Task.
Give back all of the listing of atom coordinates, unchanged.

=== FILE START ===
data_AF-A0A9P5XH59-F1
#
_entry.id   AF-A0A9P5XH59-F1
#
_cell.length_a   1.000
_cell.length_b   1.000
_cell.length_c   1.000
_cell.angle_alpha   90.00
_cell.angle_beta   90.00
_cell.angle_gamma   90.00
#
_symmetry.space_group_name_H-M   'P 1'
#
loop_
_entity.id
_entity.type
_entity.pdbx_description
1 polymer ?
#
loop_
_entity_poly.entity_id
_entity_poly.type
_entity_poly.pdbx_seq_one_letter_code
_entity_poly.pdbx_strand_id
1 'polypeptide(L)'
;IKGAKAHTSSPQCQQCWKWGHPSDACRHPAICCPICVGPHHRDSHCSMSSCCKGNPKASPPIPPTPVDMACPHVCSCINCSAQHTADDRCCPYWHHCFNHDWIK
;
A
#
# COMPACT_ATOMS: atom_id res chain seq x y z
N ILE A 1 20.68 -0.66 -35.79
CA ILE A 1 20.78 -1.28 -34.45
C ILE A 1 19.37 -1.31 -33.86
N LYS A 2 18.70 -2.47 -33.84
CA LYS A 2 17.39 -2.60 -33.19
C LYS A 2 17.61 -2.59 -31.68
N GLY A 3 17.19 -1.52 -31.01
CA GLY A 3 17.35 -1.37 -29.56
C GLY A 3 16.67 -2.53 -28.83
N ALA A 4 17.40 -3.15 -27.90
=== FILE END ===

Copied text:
data_AF-A0A9P5XH59-F1
#
_entry.id   AF-A0A9P5XH59-F1
#
_cell.length_a   1.000
_cell.length_b   1.000
_cell.length_c   1.000
_cell.angle_alpha   90.00
_cell.angle_beta   90.00
_cell.angle_gamma   90.00
#
_symmetry.space_group_name_H-M   'P 1'
#
loop_
_entity.id
_entity.type
_entity.pdbx_description
1 polymer ?
#
loop_
_entity_poly.entity_id
_entity_poly.type
_entity_poly.pdbx_seq_one_letter_code
_entity_poly.pdbx_strand_id
1 'polypeptide(L)'
;IKGAKAHTSSPQCQQCWKWGHPSDACRHPAICCPICVGPHHRDSHCSMSSCCKGNPKASPPIPPTPVDMACPHVCSCINCSAQHTADDRCCPYWHHCFNHDWIK
;
A
#
# COMPACT_ATOMS: atom_id res chain seq x y z
N ILE A 1 20.68 -0.66 -35.79
CA ILE A 1 20.78 -1.28 -34.45
C ILE A 1 19.37 -1.31 -33.86
N LYS A 2 18.70 -2.47 -33.84
CA LYS A 2 17.39 -2.60 -33.19
C LYS A 2 17.61 -2.59 -31.68
N GLY A 3 17.19 -1.52 -31.01
CA GLY A 3 17.35 -1.37 -29.56
C GLY A 3 16.67 -2.53 -28.83
N ALA A 4 17.40 -3.15 -27.90